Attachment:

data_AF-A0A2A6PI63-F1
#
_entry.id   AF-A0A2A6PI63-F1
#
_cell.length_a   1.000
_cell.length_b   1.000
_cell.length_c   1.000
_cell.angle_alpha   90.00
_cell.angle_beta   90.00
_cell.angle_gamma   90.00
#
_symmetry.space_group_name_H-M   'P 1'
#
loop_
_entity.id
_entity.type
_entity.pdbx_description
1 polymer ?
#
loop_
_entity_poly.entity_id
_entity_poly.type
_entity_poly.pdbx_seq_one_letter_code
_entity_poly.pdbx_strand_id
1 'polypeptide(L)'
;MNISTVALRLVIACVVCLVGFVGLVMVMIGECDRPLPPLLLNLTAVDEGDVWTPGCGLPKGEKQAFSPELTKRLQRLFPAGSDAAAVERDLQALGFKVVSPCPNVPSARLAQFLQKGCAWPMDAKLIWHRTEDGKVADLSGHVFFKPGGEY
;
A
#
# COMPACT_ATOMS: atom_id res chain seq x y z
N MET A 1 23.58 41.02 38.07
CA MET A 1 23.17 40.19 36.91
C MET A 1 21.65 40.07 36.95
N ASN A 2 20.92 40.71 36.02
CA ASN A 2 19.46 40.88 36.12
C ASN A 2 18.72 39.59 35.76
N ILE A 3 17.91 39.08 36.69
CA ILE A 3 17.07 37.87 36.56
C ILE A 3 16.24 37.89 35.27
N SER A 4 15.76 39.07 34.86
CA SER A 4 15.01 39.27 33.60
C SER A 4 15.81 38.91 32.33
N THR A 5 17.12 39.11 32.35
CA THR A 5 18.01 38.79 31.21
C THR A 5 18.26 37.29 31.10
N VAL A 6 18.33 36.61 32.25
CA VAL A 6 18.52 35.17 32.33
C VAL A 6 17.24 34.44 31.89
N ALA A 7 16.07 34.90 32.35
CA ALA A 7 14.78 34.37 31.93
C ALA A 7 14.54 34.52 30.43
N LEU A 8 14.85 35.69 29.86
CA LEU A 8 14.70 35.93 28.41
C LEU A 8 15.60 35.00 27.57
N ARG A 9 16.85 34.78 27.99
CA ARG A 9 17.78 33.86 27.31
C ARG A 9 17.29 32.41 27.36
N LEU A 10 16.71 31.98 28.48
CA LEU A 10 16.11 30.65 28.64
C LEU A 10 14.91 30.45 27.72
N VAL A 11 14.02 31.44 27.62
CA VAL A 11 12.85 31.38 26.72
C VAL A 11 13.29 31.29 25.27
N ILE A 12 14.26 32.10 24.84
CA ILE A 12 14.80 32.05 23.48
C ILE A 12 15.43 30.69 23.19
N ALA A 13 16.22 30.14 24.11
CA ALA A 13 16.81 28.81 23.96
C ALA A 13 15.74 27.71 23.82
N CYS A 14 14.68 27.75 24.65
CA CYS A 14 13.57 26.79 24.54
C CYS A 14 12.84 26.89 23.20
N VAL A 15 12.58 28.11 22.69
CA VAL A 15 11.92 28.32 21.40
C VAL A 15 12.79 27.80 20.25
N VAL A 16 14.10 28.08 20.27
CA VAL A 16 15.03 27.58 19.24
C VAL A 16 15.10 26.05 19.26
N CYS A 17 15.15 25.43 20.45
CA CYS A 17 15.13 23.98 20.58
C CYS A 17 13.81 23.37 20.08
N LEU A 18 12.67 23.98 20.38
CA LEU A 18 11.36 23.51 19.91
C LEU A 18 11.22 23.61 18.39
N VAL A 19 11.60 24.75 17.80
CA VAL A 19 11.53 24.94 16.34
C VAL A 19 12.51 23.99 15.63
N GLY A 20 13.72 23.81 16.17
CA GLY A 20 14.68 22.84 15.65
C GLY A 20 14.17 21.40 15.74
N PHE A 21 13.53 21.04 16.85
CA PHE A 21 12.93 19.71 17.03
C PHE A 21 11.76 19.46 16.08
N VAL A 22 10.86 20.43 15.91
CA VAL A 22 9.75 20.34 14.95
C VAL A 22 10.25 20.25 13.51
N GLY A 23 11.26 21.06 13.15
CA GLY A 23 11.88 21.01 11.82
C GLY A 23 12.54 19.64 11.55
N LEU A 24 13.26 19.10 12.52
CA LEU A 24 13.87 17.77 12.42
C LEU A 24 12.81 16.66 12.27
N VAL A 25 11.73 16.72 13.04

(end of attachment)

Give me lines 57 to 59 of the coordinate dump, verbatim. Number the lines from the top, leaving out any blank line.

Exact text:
C ARG A 9 17.29 32.41 27.36
N LEU A 10 16.71 31.98 28.48
CA LEU A 10 16.11 30.65 28.64